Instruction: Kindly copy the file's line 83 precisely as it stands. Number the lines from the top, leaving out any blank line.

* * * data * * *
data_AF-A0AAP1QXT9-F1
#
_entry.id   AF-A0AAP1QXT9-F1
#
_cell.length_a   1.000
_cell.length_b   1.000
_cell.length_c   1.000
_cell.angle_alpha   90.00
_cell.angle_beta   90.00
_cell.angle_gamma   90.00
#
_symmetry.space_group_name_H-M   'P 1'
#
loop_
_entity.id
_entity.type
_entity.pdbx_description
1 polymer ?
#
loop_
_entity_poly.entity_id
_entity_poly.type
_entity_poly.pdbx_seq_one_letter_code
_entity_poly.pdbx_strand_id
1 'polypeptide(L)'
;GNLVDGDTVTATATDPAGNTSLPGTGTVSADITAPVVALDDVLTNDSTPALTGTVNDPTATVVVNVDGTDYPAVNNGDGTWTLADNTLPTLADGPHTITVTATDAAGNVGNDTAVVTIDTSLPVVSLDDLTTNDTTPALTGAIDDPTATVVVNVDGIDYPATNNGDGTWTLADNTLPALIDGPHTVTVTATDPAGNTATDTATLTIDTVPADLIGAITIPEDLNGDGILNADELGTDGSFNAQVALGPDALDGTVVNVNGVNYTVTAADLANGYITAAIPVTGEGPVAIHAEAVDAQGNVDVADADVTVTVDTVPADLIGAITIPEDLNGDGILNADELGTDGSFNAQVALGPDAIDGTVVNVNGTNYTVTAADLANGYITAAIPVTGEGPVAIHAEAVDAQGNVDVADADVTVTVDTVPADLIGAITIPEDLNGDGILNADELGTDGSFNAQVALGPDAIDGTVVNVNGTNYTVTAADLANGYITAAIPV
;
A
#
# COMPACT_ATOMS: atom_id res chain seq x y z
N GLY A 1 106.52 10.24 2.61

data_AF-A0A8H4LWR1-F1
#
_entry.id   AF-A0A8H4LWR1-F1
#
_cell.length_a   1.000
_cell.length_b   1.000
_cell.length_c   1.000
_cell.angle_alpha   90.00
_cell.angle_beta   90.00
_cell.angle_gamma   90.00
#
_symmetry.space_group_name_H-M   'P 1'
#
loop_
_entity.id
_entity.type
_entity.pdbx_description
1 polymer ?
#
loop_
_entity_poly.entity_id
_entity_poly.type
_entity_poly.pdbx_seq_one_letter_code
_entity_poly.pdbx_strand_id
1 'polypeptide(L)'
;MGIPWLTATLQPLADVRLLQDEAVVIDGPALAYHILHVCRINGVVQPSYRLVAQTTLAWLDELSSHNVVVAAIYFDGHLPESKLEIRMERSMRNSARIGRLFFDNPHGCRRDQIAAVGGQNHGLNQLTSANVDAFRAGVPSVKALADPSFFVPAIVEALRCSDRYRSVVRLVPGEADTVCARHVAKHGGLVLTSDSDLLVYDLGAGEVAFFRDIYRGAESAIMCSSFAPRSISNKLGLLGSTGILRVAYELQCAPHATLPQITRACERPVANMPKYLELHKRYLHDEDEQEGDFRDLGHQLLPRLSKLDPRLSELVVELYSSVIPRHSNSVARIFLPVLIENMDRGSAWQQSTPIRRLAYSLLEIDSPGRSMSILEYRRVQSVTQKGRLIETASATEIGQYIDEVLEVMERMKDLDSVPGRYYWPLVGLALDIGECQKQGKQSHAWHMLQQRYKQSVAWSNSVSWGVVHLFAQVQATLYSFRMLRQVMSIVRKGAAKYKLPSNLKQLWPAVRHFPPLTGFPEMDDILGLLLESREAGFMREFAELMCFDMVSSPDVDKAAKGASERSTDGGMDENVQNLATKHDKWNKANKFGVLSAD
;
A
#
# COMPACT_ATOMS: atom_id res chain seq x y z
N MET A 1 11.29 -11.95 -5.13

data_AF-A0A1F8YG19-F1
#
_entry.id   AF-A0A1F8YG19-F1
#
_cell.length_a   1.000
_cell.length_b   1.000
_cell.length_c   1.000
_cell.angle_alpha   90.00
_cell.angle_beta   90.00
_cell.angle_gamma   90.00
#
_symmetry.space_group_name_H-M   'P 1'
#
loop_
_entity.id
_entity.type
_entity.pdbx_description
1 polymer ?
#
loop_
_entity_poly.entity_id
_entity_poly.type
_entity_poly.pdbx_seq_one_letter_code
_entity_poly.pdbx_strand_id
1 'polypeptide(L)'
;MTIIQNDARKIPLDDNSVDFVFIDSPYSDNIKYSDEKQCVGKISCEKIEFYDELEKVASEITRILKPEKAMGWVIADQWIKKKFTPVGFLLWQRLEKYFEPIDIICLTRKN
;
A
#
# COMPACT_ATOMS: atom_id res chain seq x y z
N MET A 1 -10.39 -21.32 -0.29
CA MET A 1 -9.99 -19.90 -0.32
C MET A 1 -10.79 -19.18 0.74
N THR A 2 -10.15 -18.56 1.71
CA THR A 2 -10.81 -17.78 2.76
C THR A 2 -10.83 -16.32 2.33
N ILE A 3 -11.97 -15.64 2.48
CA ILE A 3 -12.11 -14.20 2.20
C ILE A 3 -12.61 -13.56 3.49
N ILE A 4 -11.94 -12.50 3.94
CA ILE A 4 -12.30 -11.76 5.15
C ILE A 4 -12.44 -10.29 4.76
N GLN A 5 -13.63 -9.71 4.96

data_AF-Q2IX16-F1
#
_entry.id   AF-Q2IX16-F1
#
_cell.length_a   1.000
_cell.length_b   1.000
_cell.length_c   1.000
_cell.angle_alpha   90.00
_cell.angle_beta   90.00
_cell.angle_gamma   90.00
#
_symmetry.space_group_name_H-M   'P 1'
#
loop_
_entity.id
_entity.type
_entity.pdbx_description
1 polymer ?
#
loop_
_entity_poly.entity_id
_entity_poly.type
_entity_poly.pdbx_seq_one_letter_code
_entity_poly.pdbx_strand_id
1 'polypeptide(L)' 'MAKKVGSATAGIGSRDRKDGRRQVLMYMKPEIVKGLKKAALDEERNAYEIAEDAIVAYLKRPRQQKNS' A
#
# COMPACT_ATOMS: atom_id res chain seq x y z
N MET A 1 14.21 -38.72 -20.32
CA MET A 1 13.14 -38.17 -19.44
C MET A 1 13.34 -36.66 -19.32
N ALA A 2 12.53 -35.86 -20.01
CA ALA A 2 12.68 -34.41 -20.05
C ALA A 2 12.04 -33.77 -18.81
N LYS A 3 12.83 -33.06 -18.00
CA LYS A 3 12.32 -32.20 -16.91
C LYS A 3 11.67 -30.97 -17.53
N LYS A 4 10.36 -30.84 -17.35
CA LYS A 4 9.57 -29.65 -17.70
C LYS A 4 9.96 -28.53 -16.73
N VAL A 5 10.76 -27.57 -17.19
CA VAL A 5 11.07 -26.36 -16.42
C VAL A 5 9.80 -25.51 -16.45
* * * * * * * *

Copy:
_entity_poly.entity_id